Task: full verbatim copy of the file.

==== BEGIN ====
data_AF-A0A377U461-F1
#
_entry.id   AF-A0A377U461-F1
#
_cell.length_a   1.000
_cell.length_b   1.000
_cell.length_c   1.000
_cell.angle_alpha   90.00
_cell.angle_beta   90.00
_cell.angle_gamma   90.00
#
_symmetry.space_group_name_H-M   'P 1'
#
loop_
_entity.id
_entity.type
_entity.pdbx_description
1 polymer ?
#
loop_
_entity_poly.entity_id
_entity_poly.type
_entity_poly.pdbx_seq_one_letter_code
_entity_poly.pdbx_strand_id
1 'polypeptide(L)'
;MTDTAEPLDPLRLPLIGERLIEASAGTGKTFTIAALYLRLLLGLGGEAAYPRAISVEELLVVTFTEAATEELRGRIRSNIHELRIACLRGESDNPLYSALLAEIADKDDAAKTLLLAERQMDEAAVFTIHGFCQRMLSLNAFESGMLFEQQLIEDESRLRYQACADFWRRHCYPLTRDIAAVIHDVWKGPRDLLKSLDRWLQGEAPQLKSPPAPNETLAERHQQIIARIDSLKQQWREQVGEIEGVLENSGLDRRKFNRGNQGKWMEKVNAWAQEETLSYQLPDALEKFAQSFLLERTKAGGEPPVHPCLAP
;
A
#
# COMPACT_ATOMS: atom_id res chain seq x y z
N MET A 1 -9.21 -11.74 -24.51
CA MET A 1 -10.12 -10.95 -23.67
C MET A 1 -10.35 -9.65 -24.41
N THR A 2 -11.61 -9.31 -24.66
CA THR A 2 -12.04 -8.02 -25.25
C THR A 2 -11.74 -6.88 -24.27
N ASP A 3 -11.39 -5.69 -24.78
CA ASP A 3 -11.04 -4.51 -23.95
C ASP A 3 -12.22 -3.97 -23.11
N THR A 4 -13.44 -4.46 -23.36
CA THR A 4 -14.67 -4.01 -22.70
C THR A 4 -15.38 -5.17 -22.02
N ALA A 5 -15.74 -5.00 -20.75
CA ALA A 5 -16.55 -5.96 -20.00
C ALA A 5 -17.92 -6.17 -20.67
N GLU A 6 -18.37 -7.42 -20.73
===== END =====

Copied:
data_AF-A0A377U461-F1
#
_entry.id   AF-A0A377U461-F1
#
_cell.length_a   1.000
_cell.length_b   1.000
_cell.length_c   1.000
_cell.angle_alpha   90.00
_cell.angle_beta   90.00
_cell.angle_gamma   90.00
#
_symmetry.space_group_name_H-M   'P 1'
#
loop_
_entity.id
_entity.type
_entity.pdbx_description
1 polymer ?
#
loop_
_entity_poly.entity_id
_entity_poly.type
_entity_poly.pdbx_seq_one_letter_code
_entity_poly.pdbx_strand_id
1 'polypeptide(L)'
;MTDTAEPLDPLRLPLIGERLIEASAGTGKTFTIAALYLRLLLGLGGEAAYPRAISVEELLVVTFTEAATEELRGRIRSNIHELRIACLRGESDNPLYSALLAEIADKDDAAKTLLLAERQMDEAAVFTIHGFCQRMLSLNAFESGMLFEQQLIEDESRLRYQACADFWRRHCYPLTRDIAAVIHDVWKGPRDLLKSLDRWLQGEAPQLKSPPAPNETLAERHQQIIARIDSLKQQWREQVGEIEGVLENSGLDRRKFNRGNQGKWMEKVNAWAQEETLSYQLPDALEKFAQSFLLERTKAGGEPPVHPCLAP
;
A
#
# COMPACT_ATOMS: atom_id res chain seq x y z
N MET A 1 -9.21 -11.74 -24.51
CA MET A 1 -10.12 -10.95 -23.67
C MET A 1 -10.35 -9.65 -24.41
N THR A 2 -11.61 -9.31 -24.66
CA THR A 2 -12.04 -8.02 -25.25
C THR A 2 -11.74 -6.88 -24.27
N ASP A 3 -11.39 -5.69 -24.78
CA ASP A 3 -11.04 -4.51 -23.95
C ASP A 3 -12.22 -3.97 -23.11
N THR A 4 -13.44 -4.46 -23.36
CA THR A 4 -14.67 -4.01 -22.70
C THR A 4 -15.38 -5.17 -22.02
N ALA A 5 -15.74 -5.00 -20.75
CA ALA A 5 -16.55 -5.96 -20.00
C ALA A 5 -17.92 -6.17 -20.67
N GLU A 6 -18.37 -7.42 -20.73